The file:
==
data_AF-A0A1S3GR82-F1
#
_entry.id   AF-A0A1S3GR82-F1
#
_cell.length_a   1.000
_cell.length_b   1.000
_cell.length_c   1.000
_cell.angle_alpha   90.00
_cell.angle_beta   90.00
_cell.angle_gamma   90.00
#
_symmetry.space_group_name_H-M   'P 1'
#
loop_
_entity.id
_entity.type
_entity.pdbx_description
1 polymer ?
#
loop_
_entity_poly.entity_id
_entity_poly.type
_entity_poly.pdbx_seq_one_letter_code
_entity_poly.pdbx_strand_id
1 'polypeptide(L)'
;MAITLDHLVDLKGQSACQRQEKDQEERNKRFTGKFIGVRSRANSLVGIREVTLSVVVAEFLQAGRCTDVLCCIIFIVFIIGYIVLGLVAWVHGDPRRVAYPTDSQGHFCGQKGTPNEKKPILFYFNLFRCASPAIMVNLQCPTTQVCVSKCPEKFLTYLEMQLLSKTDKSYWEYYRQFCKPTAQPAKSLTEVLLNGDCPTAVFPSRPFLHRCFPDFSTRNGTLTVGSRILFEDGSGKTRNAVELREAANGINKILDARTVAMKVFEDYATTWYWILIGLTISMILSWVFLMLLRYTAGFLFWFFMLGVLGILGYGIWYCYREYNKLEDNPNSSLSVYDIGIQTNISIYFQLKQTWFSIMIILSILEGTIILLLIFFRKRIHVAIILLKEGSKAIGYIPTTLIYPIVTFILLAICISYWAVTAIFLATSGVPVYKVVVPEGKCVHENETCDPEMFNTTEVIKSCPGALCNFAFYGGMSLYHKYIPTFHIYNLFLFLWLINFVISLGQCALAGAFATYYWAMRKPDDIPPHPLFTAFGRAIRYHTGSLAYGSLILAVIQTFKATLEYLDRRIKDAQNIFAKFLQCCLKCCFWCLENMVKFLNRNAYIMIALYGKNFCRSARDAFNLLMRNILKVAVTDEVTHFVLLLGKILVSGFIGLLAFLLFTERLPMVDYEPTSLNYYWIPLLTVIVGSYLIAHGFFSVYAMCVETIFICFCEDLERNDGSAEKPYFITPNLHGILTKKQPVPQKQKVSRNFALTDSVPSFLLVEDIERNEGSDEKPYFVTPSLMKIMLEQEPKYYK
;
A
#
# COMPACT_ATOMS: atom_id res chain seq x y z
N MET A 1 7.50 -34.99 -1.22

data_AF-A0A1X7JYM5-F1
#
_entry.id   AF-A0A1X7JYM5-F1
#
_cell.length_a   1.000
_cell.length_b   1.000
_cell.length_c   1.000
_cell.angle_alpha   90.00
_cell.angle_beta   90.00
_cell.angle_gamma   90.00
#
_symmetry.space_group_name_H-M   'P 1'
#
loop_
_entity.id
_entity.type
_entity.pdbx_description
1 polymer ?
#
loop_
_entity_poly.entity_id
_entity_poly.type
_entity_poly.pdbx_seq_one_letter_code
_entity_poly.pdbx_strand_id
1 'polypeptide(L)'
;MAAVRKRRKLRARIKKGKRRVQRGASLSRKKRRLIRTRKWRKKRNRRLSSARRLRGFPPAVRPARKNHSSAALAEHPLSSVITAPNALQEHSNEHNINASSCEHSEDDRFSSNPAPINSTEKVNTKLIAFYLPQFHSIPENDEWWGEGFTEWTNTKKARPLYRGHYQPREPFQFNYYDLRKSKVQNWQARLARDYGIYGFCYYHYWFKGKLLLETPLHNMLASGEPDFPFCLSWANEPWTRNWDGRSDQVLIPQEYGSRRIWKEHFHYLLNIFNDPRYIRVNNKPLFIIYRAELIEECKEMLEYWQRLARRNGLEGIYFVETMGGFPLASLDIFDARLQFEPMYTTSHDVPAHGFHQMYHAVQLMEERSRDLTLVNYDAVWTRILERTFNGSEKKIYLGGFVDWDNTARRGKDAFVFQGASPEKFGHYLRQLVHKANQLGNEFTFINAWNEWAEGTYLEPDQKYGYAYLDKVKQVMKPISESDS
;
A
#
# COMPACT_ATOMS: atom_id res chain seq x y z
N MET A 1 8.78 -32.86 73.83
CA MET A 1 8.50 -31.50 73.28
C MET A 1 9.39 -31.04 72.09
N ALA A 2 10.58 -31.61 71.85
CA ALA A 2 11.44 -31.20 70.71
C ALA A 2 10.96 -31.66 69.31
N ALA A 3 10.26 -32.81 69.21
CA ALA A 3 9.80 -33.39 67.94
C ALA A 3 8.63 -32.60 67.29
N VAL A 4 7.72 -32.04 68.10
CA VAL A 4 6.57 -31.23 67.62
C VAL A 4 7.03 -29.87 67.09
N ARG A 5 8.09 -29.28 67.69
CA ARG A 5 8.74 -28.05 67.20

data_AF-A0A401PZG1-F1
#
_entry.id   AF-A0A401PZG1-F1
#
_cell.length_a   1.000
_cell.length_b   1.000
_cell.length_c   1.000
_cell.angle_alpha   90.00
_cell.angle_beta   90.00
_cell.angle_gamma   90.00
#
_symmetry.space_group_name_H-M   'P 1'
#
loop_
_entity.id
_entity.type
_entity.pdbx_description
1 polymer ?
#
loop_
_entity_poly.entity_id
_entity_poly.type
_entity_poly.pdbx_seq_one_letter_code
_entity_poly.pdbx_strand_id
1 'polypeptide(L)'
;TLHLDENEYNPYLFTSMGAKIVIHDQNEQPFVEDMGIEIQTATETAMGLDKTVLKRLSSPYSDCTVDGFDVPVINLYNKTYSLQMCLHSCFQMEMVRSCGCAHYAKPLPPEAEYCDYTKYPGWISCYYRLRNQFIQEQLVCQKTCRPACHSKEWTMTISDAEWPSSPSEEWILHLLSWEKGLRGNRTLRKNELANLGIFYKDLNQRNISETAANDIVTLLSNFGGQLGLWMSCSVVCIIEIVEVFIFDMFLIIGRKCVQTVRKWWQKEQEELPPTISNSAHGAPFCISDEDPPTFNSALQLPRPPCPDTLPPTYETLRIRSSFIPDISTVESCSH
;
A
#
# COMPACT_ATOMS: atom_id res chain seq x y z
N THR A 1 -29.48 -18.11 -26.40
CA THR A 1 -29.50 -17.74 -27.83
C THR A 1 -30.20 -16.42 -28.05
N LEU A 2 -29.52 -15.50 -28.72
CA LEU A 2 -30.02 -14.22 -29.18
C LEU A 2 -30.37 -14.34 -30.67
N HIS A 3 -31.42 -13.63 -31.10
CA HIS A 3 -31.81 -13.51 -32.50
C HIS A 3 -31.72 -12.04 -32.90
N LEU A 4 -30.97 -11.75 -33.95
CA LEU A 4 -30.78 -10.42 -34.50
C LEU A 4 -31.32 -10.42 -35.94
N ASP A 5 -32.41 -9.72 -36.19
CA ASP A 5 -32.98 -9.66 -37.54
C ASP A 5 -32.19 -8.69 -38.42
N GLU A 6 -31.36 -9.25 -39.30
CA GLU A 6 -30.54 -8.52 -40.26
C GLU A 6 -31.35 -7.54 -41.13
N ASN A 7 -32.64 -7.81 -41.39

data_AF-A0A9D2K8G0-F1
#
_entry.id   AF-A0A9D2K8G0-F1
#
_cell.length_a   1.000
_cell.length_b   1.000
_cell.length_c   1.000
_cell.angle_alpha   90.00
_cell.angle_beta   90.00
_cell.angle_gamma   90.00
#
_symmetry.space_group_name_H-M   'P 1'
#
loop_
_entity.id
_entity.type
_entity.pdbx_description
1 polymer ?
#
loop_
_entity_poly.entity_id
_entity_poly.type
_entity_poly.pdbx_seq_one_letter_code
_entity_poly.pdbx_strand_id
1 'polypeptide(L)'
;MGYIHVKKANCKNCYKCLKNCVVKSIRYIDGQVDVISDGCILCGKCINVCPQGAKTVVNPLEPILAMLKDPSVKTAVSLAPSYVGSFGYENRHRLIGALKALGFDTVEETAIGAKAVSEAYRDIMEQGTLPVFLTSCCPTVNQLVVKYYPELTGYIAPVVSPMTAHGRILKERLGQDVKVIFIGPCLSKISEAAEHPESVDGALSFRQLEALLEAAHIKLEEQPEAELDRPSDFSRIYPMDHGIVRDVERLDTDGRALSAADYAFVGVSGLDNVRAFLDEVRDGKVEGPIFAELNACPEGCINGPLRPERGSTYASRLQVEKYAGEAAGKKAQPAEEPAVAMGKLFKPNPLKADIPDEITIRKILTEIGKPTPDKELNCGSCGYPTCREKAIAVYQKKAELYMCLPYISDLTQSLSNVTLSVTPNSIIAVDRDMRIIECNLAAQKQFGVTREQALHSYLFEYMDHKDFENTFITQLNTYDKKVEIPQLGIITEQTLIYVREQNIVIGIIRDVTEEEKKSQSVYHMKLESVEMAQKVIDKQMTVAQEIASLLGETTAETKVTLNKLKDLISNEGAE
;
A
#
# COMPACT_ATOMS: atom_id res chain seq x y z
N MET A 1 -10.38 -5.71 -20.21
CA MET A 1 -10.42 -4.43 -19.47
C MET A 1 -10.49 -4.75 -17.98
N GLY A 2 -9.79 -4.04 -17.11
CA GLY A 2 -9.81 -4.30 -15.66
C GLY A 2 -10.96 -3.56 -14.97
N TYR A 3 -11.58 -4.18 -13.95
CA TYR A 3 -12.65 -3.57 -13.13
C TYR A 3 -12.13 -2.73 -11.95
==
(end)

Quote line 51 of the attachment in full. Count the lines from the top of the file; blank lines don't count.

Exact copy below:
loop_